TranceNet: Independent TM Research Archive
"The Report of Germany's Institute for Youth and Society on TM" For the first time on the Web, TranceNet presents the entire text of this seminal report in English translation -- with charts. The TM movement attempted to suppress this report in German courts, but its findings were upheld by the German high court (The Federal Republic of Germany: OVG Muenster: 5 A 1152/84, The Bundesverwaltungsgericht: 23.5.87 7 C 2.87, The Bundesverfassungsgericht: 1 BvR 881/89). Among the subjects studied:
This translation from the German was prepared for and entered into the court record of the Kropinski trial.
"The Report of Germany's Institute for Youth and Society on TM"
Reader Update, 2/16/96:Bernd Kassler, an outspoken critic of TM in Germany, sent TranceNet the entire text of a 1985 lower German court ruling that found in favor of the TM movement (overruled by the German High Court in 1989). German only.
Reader Update, 2/16/96: An anonymous pro-TM contributor sent TranceNet two statements by German experts that disagree with the High courts ruling. German only, unauthenticated.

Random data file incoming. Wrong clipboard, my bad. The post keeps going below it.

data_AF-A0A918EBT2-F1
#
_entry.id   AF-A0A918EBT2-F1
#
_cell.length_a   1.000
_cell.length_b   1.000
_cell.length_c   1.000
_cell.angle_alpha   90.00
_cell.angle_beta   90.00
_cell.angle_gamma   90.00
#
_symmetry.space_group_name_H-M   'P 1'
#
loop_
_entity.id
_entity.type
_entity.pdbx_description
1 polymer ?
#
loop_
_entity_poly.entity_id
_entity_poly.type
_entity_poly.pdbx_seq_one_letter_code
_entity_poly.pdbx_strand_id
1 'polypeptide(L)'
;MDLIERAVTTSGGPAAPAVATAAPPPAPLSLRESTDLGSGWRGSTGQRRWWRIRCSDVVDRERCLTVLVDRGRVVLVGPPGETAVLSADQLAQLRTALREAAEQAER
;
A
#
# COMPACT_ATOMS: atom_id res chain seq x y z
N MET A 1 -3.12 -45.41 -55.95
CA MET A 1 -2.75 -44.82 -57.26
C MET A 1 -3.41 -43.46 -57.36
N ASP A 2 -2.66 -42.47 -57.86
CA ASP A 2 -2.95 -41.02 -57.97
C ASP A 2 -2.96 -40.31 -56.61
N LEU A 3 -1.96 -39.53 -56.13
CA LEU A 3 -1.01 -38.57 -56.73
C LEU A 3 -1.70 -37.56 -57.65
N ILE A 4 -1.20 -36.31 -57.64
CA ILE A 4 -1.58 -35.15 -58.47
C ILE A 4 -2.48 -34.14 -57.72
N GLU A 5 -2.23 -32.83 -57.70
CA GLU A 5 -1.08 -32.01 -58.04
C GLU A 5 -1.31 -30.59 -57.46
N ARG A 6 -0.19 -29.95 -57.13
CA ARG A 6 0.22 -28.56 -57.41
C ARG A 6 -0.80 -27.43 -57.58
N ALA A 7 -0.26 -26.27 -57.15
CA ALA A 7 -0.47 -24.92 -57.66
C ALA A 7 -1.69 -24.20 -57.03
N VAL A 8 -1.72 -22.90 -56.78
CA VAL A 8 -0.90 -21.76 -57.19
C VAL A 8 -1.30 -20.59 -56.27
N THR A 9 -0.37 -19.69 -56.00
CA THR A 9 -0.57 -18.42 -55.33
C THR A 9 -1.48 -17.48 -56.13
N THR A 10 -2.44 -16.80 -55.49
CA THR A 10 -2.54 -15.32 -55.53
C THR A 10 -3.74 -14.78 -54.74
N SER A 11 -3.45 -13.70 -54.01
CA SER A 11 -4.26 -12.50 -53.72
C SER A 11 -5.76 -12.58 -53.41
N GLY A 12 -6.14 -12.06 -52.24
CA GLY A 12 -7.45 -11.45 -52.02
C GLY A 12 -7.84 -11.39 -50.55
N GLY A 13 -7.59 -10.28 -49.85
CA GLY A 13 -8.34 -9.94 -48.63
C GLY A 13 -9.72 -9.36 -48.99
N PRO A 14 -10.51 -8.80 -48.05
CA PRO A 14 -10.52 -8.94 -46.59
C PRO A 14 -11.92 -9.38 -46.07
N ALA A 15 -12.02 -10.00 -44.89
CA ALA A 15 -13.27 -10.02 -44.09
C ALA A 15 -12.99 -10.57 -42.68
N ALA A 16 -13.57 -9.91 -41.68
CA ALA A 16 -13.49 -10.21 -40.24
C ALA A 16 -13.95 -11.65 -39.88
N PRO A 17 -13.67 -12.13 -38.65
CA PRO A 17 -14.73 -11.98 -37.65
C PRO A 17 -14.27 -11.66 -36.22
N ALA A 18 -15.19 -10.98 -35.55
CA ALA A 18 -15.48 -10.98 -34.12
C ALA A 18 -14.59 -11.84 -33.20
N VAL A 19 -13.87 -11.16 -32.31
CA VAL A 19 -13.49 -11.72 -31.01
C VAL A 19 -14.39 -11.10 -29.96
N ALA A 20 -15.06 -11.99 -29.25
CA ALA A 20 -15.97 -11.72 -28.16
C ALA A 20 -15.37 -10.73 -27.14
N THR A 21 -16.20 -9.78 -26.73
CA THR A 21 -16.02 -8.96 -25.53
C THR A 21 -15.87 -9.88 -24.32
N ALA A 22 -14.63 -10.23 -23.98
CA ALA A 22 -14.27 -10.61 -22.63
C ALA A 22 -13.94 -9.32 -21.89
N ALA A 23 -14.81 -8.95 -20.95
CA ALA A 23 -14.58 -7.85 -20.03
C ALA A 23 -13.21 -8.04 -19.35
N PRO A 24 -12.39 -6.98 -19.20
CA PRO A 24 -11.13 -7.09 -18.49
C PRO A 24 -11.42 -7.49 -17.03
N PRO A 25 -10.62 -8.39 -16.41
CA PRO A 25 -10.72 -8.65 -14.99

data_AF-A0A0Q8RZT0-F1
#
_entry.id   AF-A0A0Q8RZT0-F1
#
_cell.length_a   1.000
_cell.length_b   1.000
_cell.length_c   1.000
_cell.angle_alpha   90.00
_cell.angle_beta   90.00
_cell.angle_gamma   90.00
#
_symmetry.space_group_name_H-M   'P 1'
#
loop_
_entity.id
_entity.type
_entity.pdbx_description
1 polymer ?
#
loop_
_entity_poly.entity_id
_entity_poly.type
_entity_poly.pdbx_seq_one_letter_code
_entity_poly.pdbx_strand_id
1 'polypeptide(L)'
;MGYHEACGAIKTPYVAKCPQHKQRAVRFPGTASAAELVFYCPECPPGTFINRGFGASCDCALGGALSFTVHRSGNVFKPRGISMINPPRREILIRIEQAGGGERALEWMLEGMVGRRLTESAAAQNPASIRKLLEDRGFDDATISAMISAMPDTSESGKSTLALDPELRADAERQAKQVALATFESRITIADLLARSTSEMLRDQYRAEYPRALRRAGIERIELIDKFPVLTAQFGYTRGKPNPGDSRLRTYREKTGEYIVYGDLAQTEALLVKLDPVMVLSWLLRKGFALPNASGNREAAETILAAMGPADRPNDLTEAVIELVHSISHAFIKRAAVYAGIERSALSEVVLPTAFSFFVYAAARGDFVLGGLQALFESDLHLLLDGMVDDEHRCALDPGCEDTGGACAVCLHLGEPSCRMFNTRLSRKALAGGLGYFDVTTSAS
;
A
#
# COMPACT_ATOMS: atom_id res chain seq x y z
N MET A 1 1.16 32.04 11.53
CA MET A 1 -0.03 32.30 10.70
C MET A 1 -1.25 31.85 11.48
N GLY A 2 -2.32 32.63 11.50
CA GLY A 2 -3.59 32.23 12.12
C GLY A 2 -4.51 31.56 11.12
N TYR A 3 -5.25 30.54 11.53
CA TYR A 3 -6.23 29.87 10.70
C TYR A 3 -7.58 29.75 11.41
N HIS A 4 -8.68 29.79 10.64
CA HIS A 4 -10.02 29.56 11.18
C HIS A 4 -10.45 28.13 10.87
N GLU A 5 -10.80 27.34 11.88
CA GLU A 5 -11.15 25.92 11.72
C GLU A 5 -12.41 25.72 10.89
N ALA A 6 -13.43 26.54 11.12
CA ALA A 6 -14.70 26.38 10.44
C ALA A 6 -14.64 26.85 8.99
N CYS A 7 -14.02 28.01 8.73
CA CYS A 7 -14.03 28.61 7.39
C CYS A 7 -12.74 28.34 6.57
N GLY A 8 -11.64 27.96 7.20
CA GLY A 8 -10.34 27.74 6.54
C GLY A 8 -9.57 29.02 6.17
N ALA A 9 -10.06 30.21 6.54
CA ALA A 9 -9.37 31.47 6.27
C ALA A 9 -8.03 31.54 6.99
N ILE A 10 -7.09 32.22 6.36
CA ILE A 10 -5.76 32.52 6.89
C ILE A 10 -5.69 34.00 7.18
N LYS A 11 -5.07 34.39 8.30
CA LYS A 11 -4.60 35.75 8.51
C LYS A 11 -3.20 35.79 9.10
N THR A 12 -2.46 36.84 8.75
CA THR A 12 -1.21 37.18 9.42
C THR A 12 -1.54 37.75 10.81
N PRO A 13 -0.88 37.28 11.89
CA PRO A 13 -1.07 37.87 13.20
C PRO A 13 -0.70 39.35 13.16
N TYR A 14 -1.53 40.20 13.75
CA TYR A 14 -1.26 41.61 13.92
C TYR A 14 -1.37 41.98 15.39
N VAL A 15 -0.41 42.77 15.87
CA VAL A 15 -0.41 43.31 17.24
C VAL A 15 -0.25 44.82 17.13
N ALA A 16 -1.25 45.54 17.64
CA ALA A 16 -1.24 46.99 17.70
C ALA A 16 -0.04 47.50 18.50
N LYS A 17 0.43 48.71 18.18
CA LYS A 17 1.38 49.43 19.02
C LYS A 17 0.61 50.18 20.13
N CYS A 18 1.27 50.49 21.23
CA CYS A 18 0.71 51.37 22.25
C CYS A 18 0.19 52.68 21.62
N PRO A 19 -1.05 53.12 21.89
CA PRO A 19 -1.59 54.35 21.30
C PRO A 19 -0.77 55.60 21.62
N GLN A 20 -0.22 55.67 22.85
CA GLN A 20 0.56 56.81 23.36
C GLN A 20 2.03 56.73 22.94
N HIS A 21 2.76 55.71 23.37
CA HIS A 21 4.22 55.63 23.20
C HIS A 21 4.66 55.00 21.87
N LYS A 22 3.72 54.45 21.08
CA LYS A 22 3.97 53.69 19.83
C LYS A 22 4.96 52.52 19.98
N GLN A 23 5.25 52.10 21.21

Reader Update, 2/16/96: Relevant extracts from the German High Court's 1989 ruling that TM is a destructive cult -- overruling all lower court findings. The current law of the land in Germany. Submitted by Bernd Kassler. German only.
"The Problems with TM Research"
by Professor Barry Markovsky
Is TM universally benign? Does long-term TM practice cause negative side effects? Why is the scientific research on these issues so contradictory. Professor Barry Markovsky, Director of the Center for the Study of Group Processes, the University of Iowa Sociology Department, talks about the issues facing researchers into consciousness phenomena. Problems with TM Research
"Negative and Inconclusive TM Research: Abstracts"
©1996 by Albert B. Miller